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Re: Script to generate common license texts

Quoting Balasankar C (2015-09-04 20:42:19)
> On ശനി 05 സെപ്റ്റംബര്‍ 2015 12:01 രാവിലെ, Jonas Smedegaard wrote:
>> Quoting Balasankar C (2015-09-04 19:38:20)
>>> Is there any script which takes abbreviation of a license (like 
>>> GPL-3+) as input and generates the license text that can be used in 
>>> debian/copyright (80 character wrapped, one space before each line, 
>>> paragraph separated with periods - the whole deal.
>> Please beware that debian/copyright strings should reflect the actual 
>> _verbatim_ text stated by the copyright holders, not any generic 
>> _boilerplate_ proposed by e.g. the Free Software Foundation.
> Yeah. I know that. Why I asked for such a script is that some of the 
> packages I dealt with just mentioned "Released under XYZ license. 
> Copyright 20xx MNO" without any explicit license text (they should've, 
> but they don't) which means they just use the _boilerplate_ license 
> text that is commonly used. For example, many Ruby gems are Expat 
> licensed and use boilerplate text.

Either upstream states actual licensing terms, or refer to external 
licensing terms.  It seems we use the term "boilerplate" differently: I 
don't call it "boilerplate" when upstream states actual licensing terms 
(e.g. Expat written out rather than by reference).

Upstream "should" do whatever they want - but yes, if upstream state 
licensing terms ambiguously then we cannot redistribute their project, 
so it makes sense to suggest them to clarify if we are uncertain what 
they mean (e.g. when stating "MIT" without URL or actual licensing terms 
- because that may refer to several different actual terms).

When upstream states "Released under MIT." then a) the actual licensing 
terms are not included and b) actual licensing terms are uncertain. We 
then should add in debian/copyright the upstream statement verbatim, add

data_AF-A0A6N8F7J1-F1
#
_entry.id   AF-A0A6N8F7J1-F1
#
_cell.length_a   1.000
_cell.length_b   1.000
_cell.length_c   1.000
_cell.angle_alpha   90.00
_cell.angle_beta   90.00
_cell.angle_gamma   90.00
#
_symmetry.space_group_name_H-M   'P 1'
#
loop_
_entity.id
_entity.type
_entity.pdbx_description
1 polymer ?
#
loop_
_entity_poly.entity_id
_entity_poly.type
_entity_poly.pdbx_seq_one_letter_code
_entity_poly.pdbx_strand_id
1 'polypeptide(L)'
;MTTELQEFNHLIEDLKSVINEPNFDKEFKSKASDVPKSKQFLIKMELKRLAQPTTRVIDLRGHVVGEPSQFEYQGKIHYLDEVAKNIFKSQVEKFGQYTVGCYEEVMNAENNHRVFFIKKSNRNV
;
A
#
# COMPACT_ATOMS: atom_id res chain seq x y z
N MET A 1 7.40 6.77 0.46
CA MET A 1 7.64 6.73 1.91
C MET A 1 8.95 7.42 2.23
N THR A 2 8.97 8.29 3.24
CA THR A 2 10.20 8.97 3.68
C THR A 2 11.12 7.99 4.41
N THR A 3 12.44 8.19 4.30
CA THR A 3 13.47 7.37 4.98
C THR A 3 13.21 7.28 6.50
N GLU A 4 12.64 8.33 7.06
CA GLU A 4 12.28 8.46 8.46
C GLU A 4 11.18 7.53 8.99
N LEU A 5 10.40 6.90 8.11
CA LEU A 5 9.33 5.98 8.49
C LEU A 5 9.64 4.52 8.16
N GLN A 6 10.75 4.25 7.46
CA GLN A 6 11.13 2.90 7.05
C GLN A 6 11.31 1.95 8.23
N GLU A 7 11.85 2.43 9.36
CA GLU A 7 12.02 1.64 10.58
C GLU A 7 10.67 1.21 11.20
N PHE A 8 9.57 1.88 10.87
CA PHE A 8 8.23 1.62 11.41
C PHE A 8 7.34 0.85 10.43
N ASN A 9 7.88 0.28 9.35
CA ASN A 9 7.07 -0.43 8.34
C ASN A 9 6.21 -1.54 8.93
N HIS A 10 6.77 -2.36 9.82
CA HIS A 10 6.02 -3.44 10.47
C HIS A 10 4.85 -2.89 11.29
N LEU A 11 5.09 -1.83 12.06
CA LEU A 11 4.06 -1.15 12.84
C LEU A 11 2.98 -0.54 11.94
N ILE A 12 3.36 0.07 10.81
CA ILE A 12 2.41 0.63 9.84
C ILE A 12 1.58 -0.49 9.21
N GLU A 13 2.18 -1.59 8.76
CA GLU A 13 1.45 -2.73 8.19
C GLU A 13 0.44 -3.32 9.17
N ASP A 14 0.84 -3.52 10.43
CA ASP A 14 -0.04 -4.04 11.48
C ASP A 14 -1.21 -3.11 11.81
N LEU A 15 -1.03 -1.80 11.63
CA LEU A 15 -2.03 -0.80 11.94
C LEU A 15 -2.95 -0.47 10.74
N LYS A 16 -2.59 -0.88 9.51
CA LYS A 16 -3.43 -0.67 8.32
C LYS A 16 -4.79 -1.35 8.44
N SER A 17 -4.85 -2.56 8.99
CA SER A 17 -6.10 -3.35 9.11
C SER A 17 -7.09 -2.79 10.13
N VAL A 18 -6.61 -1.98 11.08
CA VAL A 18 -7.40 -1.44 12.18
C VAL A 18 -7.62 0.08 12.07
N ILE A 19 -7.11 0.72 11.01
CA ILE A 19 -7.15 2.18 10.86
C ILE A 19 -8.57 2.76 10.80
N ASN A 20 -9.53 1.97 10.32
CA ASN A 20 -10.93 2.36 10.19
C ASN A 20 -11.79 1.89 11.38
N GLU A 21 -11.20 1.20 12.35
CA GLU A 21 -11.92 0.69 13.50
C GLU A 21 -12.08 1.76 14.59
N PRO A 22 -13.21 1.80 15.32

the actual licensing terms - also verbatim, and ideally also add a 
comment on our reasoning for resolving license terms from license grant.

When upstream states "Released under GPL 2." then terms are similarly 
not included but (arguably) certain.  We then should again add in 
debian/copyright the upstream statement verbatim, and (because we can) 
refer to /usr/share/common-licenses/GPL-2. We do *not* need¹ to also add 
the boilerplate included in the GPL license text under the title "How to 
Apply These Terms to Your New Programs" - exactly because we are not 
creating a new program ;-)

> The scripts would just be used to reduce the time in searching for the 
> _boilerplate_ text in the Internet (or other packages), and that too 
> only if the upstream doesn't provide any verbatim text.

If by boilerplate you mean common sets of actual licensing terms (e.g. 
Expat) then true, it might be convenient with a tool that can spit out 
verbatim texts we do not ship below /usr/share/common-licenses.

If by boilerplate you mean common _reference_ for sets of common 
licensing term (e.g. the FSF-recommended text for GPL licenses) then 
wrong: There is no need for adding such additional text to 
debian/copyright if upstream did not state it using those exact same 
words. Because such text is then neither verbatim copy of upstream 
statement nor actual licensing terms.

> I fail to provide a general use case where this can be directly 
> applied, but to share one of my experiences I recently dealt with a 
> package that was released under W3C license (that only, no verbatim 
> text) and I spent quite some time searching for the license text to be 
> included in debian/copyright (not the complete license text, but 
> something like we have for GPL-3.0+ - the one I mentioned in my 
> original mail)

If you have trouble locating actual licensing terms, then take that as 
indication that those reading the copyright file you are writing may 
have trouble too: When you've succeeded locating the actual licensing 
terms then consider add a comment on where you found them, and your 
reasoning for why that location is believed to be reasonably correct.

Practivally, if you use the machine-readable copyright file format, then 
first line has a URL to a web page, which links to licenses at SPDX: 

Hope that helps,

 - Jonas

¹ Lintian may warn about lack of GPL boilerplate in debian/copyright but 
that's because lintian is not clever enough to read human language which 
may correctly refer the the actual licensing terms in other ways than 
using the boilerplate recognizable by lintian: Suppress such warnings if 
certain the reference indeed does exist.

 * Jonas Smedegaard - idealist & Internet-arkitekt
 * Tlf.: +45 40843136  Website: http://dr.jones.dk/

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